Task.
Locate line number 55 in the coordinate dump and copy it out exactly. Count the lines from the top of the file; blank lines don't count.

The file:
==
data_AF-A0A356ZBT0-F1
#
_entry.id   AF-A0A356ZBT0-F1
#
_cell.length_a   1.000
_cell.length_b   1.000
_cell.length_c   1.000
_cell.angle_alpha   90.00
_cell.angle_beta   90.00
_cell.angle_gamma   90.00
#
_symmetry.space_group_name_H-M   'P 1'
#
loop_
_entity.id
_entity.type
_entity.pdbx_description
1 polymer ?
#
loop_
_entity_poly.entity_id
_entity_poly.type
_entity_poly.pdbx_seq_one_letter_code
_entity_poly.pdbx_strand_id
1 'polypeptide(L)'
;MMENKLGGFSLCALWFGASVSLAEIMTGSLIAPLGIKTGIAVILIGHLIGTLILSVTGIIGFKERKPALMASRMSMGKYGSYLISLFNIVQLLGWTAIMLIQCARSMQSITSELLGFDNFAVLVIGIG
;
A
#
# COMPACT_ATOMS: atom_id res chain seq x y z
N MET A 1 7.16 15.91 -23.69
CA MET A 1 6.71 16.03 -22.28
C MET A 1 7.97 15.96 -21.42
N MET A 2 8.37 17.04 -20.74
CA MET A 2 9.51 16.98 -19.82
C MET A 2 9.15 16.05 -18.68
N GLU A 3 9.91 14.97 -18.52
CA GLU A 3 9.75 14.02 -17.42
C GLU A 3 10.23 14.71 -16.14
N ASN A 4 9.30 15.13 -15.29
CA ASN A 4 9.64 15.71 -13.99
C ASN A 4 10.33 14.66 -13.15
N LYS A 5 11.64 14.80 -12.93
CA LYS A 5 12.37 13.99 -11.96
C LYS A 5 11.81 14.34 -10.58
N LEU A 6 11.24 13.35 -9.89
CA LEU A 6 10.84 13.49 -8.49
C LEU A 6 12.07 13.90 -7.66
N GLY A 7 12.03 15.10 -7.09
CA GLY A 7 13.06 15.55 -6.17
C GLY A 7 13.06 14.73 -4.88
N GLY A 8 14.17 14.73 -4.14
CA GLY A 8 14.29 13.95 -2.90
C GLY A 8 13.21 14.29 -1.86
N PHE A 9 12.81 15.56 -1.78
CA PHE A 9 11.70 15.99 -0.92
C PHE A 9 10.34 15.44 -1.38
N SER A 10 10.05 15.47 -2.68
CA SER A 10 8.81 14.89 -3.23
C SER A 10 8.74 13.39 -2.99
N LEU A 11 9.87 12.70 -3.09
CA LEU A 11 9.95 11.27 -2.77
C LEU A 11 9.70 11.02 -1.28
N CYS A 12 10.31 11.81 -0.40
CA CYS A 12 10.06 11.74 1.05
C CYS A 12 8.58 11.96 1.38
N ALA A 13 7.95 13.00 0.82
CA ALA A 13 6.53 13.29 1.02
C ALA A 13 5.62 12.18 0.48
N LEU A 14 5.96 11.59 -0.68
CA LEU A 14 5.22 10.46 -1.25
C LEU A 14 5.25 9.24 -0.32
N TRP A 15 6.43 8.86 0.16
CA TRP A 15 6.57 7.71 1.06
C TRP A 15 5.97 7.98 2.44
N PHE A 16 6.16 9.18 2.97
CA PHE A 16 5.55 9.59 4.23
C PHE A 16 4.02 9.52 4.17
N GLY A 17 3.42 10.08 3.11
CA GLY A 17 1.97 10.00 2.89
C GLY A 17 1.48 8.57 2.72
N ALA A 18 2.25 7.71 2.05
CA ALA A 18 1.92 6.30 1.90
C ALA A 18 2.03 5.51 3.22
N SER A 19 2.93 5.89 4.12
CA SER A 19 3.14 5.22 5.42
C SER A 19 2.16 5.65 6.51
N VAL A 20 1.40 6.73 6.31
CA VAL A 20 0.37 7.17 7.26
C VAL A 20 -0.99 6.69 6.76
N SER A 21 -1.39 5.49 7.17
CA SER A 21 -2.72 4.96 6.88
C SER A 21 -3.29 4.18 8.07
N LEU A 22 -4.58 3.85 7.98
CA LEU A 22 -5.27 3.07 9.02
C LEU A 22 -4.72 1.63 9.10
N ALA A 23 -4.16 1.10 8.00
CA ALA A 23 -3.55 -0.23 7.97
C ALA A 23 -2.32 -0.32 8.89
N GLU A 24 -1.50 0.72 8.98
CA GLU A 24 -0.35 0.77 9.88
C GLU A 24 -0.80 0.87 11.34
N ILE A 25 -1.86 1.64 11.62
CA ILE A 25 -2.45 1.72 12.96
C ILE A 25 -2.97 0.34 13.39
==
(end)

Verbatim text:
N PHE A 9 12.81 15.56 -1.78